Yes, many industry standards for metrics of engagements and retention are different. At the end of the day you have have to look and see what keeps your clients.
Twitters magic number is 30. Users who followed 30 others were much more likely to remain engaged and use the service. Facebook was 10. Users who added 10 friends were likely to stay active on Facebook. Slack had a number of 2000. 2000 messages being sent/used would keep people using the service and eventually purchasing.
The number of engagement or retention determines who is really using your product and can even show you how to retain them.
What does conversion and retention mean for your business?
This will be different with each industry.
Hotels, this may be getting a guest to visit twice and sign up for a rewards program in the process. Leveraging a easy to use point system. Thats what Southwest Airlines did, offering a free flight after 10 plan ticket purchases. This was a blown off concept but was the secret of Southwest speedy growth.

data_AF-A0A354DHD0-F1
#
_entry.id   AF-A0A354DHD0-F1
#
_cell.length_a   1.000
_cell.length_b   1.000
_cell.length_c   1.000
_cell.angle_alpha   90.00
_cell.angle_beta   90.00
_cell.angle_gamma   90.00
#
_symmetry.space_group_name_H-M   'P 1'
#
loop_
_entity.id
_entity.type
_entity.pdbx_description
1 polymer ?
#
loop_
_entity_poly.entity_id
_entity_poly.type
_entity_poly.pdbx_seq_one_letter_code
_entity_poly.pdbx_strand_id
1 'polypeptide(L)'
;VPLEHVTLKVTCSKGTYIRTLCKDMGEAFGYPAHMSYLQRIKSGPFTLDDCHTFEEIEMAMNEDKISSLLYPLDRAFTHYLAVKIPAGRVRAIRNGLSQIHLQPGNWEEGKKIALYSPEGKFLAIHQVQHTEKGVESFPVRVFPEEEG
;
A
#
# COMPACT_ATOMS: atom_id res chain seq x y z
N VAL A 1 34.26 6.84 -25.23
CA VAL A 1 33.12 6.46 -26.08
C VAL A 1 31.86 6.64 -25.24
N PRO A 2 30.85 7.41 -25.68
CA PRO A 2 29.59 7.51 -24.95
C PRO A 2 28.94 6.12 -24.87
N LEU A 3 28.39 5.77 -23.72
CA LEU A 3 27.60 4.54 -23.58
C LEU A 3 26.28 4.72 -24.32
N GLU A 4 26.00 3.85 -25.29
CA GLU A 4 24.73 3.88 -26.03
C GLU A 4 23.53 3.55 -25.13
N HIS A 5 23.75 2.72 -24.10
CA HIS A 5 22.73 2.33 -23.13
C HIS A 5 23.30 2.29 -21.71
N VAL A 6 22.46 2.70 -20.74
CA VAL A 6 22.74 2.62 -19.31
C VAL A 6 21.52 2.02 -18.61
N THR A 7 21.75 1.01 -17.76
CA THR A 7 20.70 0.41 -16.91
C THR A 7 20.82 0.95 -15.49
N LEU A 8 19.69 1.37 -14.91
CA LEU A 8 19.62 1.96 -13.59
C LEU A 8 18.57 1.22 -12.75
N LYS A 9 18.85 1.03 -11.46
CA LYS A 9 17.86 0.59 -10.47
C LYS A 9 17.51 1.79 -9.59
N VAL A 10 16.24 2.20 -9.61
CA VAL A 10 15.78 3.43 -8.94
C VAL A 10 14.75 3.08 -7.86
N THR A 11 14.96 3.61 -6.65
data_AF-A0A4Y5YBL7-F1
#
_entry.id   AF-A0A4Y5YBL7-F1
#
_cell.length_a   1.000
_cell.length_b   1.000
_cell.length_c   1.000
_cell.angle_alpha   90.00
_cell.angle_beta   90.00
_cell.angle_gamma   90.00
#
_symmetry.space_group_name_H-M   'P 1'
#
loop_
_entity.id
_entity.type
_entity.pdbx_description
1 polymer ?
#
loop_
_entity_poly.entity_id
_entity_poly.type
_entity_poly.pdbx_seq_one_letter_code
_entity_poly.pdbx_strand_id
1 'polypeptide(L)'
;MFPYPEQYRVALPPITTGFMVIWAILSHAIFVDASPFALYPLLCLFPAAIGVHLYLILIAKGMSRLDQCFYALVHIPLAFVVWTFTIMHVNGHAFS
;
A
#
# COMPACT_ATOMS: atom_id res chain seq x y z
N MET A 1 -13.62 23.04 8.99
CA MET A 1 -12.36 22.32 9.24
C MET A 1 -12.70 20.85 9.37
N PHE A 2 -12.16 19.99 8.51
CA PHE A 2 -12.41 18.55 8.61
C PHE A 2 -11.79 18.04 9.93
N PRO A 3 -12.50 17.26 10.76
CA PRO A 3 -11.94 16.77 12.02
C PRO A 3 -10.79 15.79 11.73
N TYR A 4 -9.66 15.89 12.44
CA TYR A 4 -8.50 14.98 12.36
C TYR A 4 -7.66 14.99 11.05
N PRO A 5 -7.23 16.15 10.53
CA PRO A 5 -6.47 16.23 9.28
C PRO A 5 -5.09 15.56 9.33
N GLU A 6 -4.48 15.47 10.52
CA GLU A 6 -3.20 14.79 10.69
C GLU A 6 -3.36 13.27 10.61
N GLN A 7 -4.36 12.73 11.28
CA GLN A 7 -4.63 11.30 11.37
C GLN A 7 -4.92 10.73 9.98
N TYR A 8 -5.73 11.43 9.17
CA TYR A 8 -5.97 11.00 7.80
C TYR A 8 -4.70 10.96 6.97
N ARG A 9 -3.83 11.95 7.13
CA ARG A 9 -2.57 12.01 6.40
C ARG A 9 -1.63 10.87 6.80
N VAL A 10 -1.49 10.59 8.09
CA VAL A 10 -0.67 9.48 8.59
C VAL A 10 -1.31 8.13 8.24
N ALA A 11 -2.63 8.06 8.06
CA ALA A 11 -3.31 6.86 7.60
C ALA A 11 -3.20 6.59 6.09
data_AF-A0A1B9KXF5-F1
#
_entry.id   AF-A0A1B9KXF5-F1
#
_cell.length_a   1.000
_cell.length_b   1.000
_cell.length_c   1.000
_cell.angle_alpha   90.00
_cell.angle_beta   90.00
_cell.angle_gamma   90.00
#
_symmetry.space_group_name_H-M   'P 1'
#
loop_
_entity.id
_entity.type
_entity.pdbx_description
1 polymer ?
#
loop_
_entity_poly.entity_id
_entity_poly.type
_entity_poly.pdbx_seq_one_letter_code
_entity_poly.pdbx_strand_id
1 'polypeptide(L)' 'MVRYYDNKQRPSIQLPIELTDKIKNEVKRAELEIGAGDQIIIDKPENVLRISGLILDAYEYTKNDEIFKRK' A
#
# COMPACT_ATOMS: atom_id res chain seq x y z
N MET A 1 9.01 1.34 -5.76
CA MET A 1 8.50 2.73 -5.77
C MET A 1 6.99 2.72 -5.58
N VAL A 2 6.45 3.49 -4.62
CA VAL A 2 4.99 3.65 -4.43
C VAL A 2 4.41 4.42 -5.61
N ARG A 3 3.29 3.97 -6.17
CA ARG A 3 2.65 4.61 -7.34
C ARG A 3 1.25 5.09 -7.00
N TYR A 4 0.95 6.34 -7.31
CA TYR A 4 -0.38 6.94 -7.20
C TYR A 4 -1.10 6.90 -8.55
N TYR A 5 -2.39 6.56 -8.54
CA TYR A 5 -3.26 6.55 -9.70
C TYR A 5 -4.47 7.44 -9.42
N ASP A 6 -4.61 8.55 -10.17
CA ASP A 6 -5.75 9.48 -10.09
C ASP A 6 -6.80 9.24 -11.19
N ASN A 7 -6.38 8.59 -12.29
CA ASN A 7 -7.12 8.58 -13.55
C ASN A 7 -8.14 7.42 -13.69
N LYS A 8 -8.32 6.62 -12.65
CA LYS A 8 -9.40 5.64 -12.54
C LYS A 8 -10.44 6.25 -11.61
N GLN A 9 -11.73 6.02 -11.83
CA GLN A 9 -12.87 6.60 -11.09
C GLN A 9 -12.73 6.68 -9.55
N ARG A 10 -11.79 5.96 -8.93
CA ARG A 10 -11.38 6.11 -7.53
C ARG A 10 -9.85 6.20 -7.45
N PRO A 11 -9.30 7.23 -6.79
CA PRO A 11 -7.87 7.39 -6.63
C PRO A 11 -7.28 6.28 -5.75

Salons, getting your client to rebook and visit a stylist every 6-8 weeks in a 3 month period. This could be with product discounts for “Members” who can only gain a card after 3 visits.
Lawyers, this could be a bit more difficult. Giving clients free consults whenever they have a problem may be a way to offer a “freemium” model. Get them to relay on you with small conversations, eventually getting them to come back for document review, preparation ,etc. This number could be as little as one or two conversations during a negotiation.
Finding your Magic Number for engagement and retention can be critical and may take time to figure it but when you do – you will know the steps you need to take to retain your customer/client base.